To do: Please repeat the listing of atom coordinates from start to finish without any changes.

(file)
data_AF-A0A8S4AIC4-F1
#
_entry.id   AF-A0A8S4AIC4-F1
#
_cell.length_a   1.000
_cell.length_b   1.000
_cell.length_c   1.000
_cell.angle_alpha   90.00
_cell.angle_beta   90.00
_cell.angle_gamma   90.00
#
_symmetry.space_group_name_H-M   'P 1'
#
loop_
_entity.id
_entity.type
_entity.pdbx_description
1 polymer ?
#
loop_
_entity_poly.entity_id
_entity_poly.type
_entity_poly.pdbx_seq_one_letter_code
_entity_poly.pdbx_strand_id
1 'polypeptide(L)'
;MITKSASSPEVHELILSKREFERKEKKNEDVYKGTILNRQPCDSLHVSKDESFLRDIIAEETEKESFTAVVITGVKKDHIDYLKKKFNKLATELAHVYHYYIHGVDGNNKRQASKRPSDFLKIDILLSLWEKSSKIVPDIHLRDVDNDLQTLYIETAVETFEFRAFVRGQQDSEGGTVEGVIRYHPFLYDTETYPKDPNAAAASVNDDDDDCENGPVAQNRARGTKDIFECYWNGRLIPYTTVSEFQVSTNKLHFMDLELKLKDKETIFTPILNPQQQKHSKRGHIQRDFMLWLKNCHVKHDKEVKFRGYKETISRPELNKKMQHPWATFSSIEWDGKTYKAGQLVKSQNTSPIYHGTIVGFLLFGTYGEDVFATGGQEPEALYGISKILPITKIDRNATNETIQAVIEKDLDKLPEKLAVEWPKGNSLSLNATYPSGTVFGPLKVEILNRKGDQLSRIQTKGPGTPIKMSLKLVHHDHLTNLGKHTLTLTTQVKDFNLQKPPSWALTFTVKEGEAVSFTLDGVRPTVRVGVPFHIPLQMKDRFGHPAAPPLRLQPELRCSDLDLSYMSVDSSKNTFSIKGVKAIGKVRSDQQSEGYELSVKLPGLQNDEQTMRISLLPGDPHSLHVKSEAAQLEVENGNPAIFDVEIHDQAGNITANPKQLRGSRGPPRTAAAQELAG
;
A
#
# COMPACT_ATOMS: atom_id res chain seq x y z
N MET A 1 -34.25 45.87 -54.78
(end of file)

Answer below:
data_AF-A0A8S4AIC4-F1
#
_entry.id   AF-A0A8S4AIC4-F1
#
_cell.length_a   1.000
_cell.length_b   1.000
_cell.length_c   1.000
_cell.angle_alpha   90.00
_cell.angle_beta   90.00
_cell.angle_gamma   90.00
#
_symmetry.space_group_name_H-M   'P 1'
#
loop_
_entity.id
_entity.type
_entity.pdbx_description
1 polymer ?
#
loop_
_entity_poly.entity_id
_entity_poly.type
_entity_poly.pdbx_seq_one_letter_code
_entity_poly.pdbx_strand_id
1 'polypeptide(L)'
;MITKSASSPEVHELILSKREFERKEKKNEDVYKGTILNRQPCDSLHVSKDESFLRDIIAEETEKESFTAVVITGVKKDHIDYLKKKFNKLATELAHVYHYYIHGVDGNNKRQASKRPSDFLKIDILLSLWEKSSKIVPDIHLRDVDNDLQTLYIETAVETFEFRAFVRGQQDSEGGTVEGVIRYHPFLYDTETYPKDPNAAAASVNDDDDDCENGPVAQNRARGTKDIFECYWNGRLIPYTTVSEFQVSTNKLHFMDLELKLKDKETIFTPILNPQQQKHSKRGHIQRDFMLWLKNCHVKHDKEVKFRGYKETISRPELNKKMQHPWATFSSIEWDGKTYKAGQLVKSQNTSPIYHGTIVGFLLFGTYGEDVFATGGQEPEALYGISKILPITKIDRNATNETIQAVIEKDLDKLPEKLAVEWPKGNSLSLNATYPSGTVFGPLKVEILNRKGDQLSRIQTKGPGTPIKMSLKLVHHDHLTNLGKHTLTLTTQVKDFNLQKPPSWALTFTVKEGEAVSFTLDGVRPTVRVGVPFHIPLQMKDRFGHPAAPPLRLQPELRCSDLDLSYMSVDSSKNTFSIKGVKAIGKVRSDQQSEGYELSVKLPGLQNDEQTMRISLLPGDPHSLHVKSEAAQLEVENGNPAIFDVEIHDQAGNITANPKQLRGSRGPPRTAAAQELAG
;
A
#
# COMPACT_ATOMS: atom_id res chain seq x y z
N MET A 1 -34.25 45.87 -54.78